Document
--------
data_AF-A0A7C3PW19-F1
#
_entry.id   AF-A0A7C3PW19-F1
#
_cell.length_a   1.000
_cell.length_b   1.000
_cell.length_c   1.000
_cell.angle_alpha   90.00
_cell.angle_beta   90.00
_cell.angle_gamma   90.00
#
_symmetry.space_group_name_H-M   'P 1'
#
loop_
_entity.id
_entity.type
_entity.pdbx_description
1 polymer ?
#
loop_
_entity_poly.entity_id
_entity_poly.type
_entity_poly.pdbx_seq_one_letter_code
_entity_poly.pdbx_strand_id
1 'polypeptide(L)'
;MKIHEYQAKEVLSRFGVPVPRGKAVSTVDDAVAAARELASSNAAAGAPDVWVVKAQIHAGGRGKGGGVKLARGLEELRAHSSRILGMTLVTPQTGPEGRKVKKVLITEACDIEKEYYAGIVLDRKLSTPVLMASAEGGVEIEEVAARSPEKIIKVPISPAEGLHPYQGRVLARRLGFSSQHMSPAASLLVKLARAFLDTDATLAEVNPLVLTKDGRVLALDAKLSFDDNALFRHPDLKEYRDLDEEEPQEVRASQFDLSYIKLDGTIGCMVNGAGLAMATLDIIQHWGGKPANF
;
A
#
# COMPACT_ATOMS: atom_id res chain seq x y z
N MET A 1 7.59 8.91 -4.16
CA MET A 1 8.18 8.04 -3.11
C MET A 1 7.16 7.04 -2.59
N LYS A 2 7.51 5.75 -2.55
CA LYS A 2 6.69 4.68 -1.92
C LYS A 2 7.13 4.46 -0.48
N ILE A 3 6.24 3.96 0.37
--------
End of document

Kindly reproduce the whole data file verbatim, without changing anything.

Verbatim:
data_AF-A0A7C3PW19-F1
#
_entry.id   AF-A0A7C3PW19-F1
#
_cell.length_a   1.000
_cell.length_b   1.000
_cell.length_c   1.000
_cell.angle_alpha   90.00
_cell.angle_beta   90.00
_cell.angle_gamma   90.00
#
_symmetry.space_group_name_H-M   'P 1'
#
loop_
_entity.id
_entity.type
_entity.pdbx_description
1 polymer ?
#
loop_
_entity_poly.entity_id
_entity_poly.type
_entity_poly.pdbx_seq_one_letter_code
_entity_poly.pdbx_strand_id
1 'polypeptide(L)'
;MKIHEYQAKEVLSRFGVPVPRGKAVSTVDDAVAAARELASSNAAAGAPDVWVVKAQIHAGGRGKGGGVKLARGLEELRAHSSRILGMTLVTPQTGPEGRKVKKVLITEACDIEKEYYAGIVLDRKLSTPVLMASAEGGVEIEEVAARSPEKIIKVPISPAEGLHPYQGRVLARRLGFSSQHMSPAASLLVKLARAFLDTDATLAEVNPLVLTKDGRVLALDAKLSFDDNALFRHPDLKEYRDLDEEEPQEVRASQFDLSYIKLDGTIGCMVNGAGLAMATLDIIQHWGGKPANF
;
A
#
# COMPACT_ATOMS: atom_id res chain seq x y z
N MET A 1 7.59 8.91 -4.16
CA MET A 1 8.18 8.04 -3.11
C MET A 1 7.16 7.04 -2.59
N LYS A 2 7.51 5.75 -2.55
CA LYS A 2 6.69 4.68 -1.92
C LYS A 2 7.13 4.46 -0.48
N ILE A 3 6.24 3.96 0.37